dc.typePresentationen_GB
dc.titleAnnual Screening Urinalysis for Hematuria in Gynecological Patients Over Age 40: Efficient or Not?en_GB
dc.contributor.authorKilduff, Joanneen_US
dc.author.detailsJoanne Kilduff, Memorial Sloan-Kettering Cancer Center, New York, New York, USAen_US
dc.identifier.urihttp://hdl.handle.net/10755/164630-
dc.description.abstractAnnual gynecological office visits commonly include routine urinalysis (u/a). We questioned the significance of this routine screening test and conducted a study at our NCI-designated comprehensive cancer center. Objective: To assess the efficacy of performing annual screening u/a to detect microhematuria in the non-symptomatic gynecologic cancer patient or the high-risk-for-cancer patient. Design: Women age 40 years and above presenting for annual gynecologic examination were screened by u/a prior to the pelvic exam. Patients identified with microhematuria were first assessed with a urine culture, and if negative, were referred to urology for an evaluation that included cystoscopy and/or radiographic studies such as CAT scans and renal ultrasounds. Results: Seven hundred and twenty nine (N = 729) asymptomatic patients, mean age 59 (range 40-90), were screened by u/a. Fifty five patients (7.6%) tested positive for microhematuria. Of these patients, seven had positive urine cultures and were treated successfully with antibiotics; five patients were currently menstruating, and repeat u/a were negative, and seven patients were lost to follow-up. Thirty-six had negative urine cultures and were referred for urologic evaluation. Of these patients, four had repeat negative u/a and refused further workup. Seven were lost to follow-up, and one was currently on chemotherapy and deferred follow-up. Urology evaluation was completed on 24 patients. Of these, 16 had unremarkable findings. Four had radiation or Cytoxan induced cystitis. Two had asymptomatic nephrolithiasis, one had a benign bladder polyp, and one had a persistent infection with accompanying hydronephrosis. Conclusion/Nursing Implications: Microhematuria found on routine u/a at annual gynecological examinations in women over 40 years yields little clinically significant diagnoses. This data indicates this test is unnecessary in the asymptomatic patient. Furthermore, it adds to patient cost and anxiety when referral is suggested. Oncology nurses in this setting now screen all patients for urinary symptoms and identify when it is appropriate to collect urine specimens at routine exams. This data leading to a change in nursing practice is valuable for all oncology nurses and should be considered in other patient care settings as well.en_GB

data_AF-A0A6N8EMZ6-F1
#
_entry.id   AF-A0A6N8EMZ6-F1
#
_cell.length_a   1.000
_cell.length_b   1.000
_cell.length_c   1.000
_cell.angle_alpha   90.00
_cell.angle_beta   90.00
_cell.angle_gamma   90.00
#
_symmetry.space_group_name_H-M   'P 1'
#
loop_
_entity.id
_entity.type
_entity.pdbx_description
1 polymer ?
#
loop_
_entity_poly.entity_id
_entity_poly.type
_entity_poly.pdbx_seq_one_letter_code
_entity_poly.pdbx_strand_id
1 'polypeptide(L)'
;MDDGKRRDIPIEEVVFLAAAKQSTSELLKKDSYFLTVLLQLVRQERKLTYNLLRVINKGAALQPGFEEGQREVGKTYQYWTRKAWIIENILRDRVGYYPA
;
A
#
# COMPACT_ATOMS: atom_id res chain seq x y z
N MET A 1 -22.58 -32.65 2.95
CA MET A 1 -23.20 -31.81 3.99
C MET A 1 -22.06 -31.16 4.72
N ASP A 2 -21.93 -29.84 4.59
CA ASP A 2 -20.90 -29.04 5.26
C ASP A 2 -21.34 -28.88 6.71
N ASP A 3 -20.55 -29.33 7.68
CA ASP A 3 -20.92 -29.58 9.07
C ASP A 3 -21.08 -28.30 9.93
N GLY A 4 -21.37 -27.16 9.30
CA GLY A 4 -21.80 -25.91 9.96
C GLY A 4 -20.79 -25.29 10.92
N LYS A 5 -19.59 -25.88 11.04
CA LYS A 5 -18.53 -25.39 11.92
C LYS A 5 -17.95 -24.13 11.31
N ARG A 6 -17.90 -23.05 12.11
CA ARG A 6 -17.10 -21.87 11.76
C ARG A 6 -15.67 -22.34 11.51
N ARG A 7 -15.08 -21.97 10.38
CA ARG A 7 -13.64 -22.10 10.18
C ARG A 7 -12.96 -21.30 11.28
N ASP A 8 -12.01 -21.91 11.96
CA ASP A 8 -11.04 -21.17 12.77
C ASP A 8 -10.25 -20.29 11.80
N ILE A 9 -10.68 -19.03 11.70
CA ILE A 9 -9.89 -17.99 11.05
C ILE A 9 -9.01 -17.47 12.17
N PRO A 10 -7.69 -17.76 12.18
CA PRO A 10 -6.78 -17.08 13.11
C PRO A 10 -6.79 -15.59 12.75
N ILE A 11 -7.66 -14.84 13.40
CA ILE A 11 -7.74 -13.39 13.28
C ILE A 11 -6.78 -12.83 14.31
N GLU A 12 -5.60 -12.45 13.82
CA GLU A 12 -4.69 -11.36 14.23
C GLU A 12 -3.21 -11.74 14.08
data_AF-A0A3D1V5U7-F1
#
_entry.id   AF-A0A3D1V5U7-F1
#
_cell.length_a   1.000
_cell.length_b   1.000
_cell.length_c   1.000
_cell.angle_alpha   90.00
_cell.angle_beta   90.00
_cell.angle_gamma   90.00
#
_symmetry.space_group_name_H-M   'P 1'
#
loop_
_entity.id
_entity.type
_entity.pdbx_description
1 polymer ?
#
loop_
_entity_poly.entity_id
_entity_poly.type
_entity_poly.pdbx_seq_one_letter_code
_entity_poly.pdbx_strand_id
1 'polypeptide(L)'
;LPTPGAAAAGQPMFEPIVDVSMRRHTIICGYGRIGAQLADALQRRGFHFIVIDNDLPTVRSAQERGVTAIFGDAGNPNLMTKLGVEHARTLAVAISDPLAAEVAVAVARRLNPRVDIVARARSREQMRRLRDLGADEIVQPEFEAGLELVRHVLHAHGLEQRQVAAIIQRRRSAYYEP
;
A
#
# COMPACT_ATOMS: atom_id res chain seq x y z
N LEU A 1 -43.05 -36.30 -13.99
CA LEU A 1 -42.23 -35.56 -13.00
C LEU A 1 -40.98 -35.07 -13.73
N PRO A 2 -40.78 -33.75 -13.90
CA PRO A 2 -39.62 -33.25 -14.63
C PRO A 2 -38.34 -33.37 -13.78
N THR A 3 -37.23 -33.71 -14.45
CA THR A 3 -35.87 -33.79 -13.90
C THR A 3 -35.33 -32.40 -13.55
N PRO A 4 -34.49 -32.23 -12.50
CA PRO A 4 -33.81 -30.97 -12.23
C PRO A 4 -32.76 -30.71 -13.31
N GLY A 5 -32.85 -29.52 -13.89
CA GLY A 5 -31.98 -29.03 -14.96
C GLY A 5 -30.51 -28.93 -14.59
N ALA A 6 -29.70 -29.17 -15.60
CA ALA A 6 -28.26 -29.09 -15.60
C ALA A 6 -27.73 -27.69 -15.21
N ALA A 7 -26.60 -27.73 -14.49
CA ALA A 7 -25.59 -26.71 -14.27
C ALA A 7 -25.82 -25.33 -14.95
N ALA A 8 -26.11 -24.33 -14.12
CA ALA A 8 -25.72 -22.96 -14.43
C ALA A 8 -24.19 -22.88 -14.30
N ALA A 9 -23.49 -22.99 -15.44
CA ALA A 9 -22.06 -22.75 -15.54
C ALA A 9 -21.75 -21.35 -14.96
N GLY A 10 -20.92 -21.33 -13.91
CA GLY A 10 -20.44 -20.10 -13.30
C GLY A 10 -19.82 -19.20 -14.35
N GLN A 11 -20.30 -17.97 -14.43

dc.date.available2011-10-27T12:04:10Z-
dc.date.issued2011-10-27en_GB
dc.date.accessioned2011-10-27T12:04:10Z-
dc.conference.date2002en_US
dc.conference.name27th Annual Oncology Nursing Society Congressen_US
dc.conference.hostOncology Nursing Societyen_US
dc.conference.locationWashington, D.C., USAen_US
dc.description.noteThis is an abstract-only submission. If the author has submitted a full-text item based on this abstract, you may find it by browsing the Virginia Henderson Global Nursing e-Repository by author. If author contact information is available in this abstract, please feel free to contact him or her with your queries regarding this submission. Alternatively, please contact the conference host, journal, or publisher (according to the circumstance) for further details regarding this item. If a citation is listed in this record, the item has been published and is available via open-access avenues or a journal/database subscription. Contact your library for assistance in obtaining the as-published article.-